Israel’s government remained conspicuously quiet Thursday about the Egyptian military’s ouster of Mohamed Morsi from the country’s presidency, as Egyptians continued either celebrating or lamenting the removal of the democratically elected Muslim Brotherhood leader.

“Israel is trying to keep its distance from what is going on Egypt and not say too much, because anything it says on this issue will be used as a weapon against one side or the other,” commented Eli Shaked, who served as Israel’s ambassador to Egypt from 2003 to 2005.

“For us it does not matter if it’s the Islamists or liberals in power,” he said. “What is important is that Egypt restores law and order and that stability is returned to all of Egypt, especially in the Sinai.” The retired ambassador added, “Cairo has lost most of its sovereignty over the Sinai, and the peninsula has become a jumping board for terrorists.”

Over the past two years, Israelis have eyed the Sinai, which borders southwestern Israel, with growing concern as increasing numbers of Egyptian soldiers and civilians have been kidnapped and even killed by militant infiltrators, smugglers and bandits. Since the fall of Egyptian president Hosni Mubarak in 2011, Israel’s Foreign Ministry has warned its citizens not to visit the area, once a popular destination for Israeli tourists.

Further instability in the Sinai would only deepen Israel’s security problems as it simultaneously grapples with spillover from the civil war in Syria on its northern border and ongoing tension with West Bank Palestinians to its east.

According to Elie Podeh, a professor of Islamic and Middle Eastern studies at the Hebrew University of Jerusalem, the swing in Egypt’s leadership from Islamist to the military brings a small ray of hope that the new government might be able to reclaim the desert peninsula that sits between Israel and mainland Egypt.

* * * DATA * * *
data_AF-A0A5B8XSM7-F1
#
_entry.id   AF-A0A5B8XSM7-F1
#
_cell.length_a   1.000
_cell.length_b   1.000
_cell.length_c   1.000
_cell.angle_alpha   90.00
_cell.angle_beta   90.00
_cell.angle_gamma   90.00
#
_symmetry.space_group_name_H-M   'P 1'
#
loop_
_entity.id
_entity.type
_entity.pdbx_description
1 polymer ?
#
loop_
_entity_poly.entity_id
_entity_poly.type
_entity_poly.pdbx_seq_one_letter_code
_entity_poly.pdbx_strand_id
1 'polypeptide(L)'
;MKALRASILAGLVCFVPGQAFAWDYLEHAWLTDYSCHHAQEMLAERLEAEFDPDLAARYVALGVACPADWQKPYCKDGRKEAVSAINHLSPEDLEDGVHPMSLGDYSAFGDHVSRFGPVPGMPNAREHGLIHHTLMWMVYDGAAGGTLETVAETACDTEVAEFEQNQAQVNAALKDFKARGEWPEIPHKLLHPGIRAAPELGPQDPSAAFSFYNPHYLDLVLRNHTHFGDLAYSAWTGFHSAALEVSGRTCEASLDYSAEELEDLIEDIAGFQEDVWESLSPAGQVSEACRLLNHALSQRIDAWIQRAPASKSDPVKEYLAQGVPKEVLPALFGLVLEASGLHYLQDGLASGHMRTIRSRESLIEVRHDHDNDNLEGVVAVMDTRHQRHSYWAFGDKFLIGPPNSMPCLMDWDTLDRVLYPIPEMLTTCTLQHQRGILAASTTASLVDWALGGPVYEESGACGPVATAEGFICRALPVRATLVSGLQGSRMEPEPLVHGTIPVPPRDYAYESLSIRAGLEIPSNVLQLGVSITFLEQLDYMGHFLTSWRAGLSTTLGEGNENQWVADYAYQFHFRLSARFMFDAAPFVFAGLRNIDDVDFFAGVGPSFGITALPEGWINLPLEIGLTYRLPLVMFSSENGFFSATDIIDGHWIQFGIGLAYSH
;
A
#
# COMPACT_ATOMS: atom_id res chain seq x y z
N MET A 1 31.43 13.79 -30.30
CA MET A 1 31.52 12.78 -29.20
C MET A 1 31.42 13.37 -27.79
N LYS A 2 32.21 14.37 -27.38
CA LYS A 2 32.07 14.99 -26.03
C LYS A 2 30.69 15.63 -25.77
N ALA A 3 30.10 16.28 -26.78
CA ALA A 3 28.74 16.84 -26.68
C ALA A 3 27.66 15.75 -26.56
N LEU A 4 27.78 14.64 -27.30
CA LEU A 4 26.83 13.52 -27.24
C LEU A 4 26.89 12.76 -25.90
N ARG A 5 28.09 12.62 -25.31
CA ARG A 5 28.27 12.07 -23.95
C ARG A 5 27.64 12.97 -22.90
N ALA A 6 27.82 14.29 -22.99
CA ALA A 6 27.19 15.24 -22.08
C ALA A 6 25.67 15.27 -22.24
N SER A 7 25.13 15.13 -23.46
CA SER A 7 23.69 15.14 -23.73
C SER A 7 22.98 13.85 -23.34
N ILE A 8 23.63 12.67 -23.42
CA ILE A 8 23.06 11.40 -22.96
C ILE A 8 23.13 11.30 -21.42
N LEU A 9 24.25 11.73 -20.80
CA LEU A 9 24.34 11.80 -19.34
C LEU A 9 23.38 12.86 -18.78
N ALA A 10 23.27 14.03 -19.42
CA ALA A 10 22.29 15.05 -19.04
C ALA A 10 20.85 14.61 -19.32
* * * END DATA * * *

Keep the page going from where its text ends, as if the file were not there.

“The problem is that it is not a top priority right now; first they have to deal with Cairo,” Podeh said. Speculation that ousted Muslim Brotherhood leaders and other Morsi supporters could now make their way to the lawless peninsula might become reality, he added.

“In the short term, there could be a problem in Sinai, but I hope the [Egyptian] army will make a serious attempt to retake it,” he said.

While there is cautious optimism here that a takeover of Egypt by more secular forces will benefit Israel, Podeh warned that it is still too early to tell who might emerge as Egypt’s next elected president and where the new leader’s sentiments toward Israel might lie.

“Despite all the fears, Morsi was not so bad for Israel,” he said. “From what I understand, security coordination [between Israel and Egypt] was no less good than with Mubarak, even though there were no diplomatic relations.”

In addition, Egypt’s Islamists, ideologically tied with the Hamas organization that rules Gaza, did provide a channel, albeit tenuous, between Israel and the militant Palestinian group, Podeh said. Morsi managed to broker a cease-fire between Hamas and Israel following a flare-up of violence in November. With a more secular leadership in Egypt, such a channel might no longer exist.

With Hamas perceived to be increasingly isolated in the region, the group insisted Thursday that Morsi’s downfall would have little impact in Gaza.

In the West Bank city of Ramallah, meanwhile, Palestinian Authority President Mahmoud Abbas issued a statement congratulating Adly Mansour, who was sworn in Thursday as Egypt’s interim president.